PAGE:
Project that reduced teenage drinking and drug taking in Iceland trialled in Dundee

There are currently six pilot areas in Scotland taking part in the Planet Youth initiative.

A project that reduced teenage drinking and drug taking in Iceland has been trialled in Dundee.

Inspired by the pioneering Icelandic Planet Youth initiative, S3 and S4 pupils from four secondary schools in the city have taken part in a survey aimed at helping to shape improvements to children’s lives.

It is aimed at helping to focus efforts to improve young people’s health, wellbeing and relationships.

The Icelandic capital Reykjavik has a similar population to Dundee.

Around 25 years ago, it had a similar problem with drink and drugs. Furthermore, in 1998, 42% of teenagers in Iceland were regularly drinking.

More than two decades on, that figure has dropped dramatically to around 6%.

Youngsters in Iceland were given free access to activities like sport, music and drama. But the success started with a simple, anonymous survey of school pupils.

Zahra Hedges, CEO of the charity Winning Scotland said: “We are delighted to be working with Dundee City Council and their partners on this approach, which focuses on using insight from teenagers to help create better environments for younger children to grow up in.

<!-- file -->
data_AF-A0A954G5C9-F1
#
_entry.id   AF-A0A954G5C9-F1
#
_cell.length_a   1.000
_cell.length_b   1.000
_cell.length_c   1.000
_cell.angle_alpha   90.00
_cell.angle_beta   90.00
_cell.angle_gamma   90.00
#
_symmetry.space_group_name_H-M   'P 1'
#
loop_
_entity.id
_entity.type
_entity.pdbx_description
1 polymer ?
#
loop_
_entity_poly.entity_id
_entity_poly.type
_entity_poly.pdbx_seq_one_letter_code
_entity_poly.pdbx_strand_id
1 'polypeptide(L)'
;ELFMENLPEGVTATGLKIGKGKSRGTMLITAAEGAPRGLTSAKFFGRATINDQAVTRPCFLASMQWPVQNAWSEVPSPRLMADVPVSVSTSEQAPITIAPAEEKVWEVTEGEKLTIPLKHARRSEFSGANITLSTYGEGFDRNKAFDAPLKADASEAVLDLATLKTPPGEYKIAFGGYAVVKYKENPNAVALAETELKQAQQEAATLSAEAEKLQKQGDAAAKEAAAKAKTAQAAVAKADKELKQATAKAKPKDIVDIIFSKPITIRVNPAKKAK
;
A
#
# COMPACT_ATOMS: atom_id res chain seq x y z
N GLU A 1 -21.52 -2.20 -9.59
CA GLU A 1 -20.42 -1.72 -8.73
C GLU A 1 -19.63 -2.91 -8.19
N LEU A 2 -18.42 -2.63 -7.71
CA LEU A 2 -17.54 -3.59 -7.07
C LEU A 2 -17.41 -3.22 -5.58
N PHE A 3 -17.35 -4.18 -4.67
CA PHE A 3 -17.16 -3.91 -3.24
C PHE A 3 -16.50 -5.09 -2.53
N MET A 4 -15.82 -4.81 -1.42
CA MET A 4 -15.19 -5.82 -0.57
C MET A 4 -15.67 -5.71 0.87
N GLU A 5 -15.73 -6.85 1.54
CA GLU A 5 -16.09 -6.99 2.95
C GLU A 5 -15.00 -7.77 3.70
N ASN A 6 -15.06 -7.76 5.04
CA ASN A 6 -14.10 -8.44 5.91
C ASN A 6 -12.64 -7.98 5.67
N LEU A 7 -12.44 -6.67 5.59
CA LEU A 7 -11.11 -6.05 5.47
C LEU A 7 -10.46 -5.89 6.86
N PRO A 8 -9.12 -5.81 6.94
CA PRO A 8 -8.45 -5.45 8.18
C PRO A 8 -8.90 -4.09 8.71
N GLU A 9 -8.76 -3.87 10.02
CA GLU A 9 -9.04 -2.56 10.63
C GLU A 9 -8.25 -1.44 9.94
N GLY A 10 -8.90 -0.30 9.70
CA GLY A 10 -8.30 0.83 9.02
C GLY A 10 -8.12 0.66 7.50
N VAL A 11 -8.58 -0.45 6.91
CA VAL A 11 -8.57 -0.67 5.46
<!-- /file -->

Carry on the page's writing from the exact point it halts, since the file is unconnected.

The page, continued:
“Similar approaches in Iceland and elsewhere have led to a huge and sustained reduction in risk taking behaviour, and an increase in young people feeling healthier, happier and safer.

“This pilot is an important part of ensuring that this approach will work for children and families here in Scotland too.”

In 2023, the Scottish Government invested £1.5m over two years in Planet Youth in Scotland to test the model and build capacity for using data insight to drive preventative action locally. 

Dundee is currently one of six pilot areas in the country.

Kirsty Small, headteacher at St Paul’s RC Academy told STV News: “The reason it’s going to make such a change is (that) young people are going to feel heard and that’s what’s important.

“They will feel that they’re part of the change, that they’re leading that change and that they are in fact going to be the policy makers.”

Councillor Stewart Hunters, the council’s children, families and communities convener said: “The council and other agencies are using this data to focus efforts on how we can increase protective factors for these young people and reduce risks for them.

“I am pleased to see that Dundee’s strong partnerships are well represented at this event and that our pupils’ voices are being heard.

“They are the future of this city, and we need to support them in the face of the many challenges of life today.

“I know that the organisations involved in this Planet Youth event are committed to doing all they can to help our young people.”  

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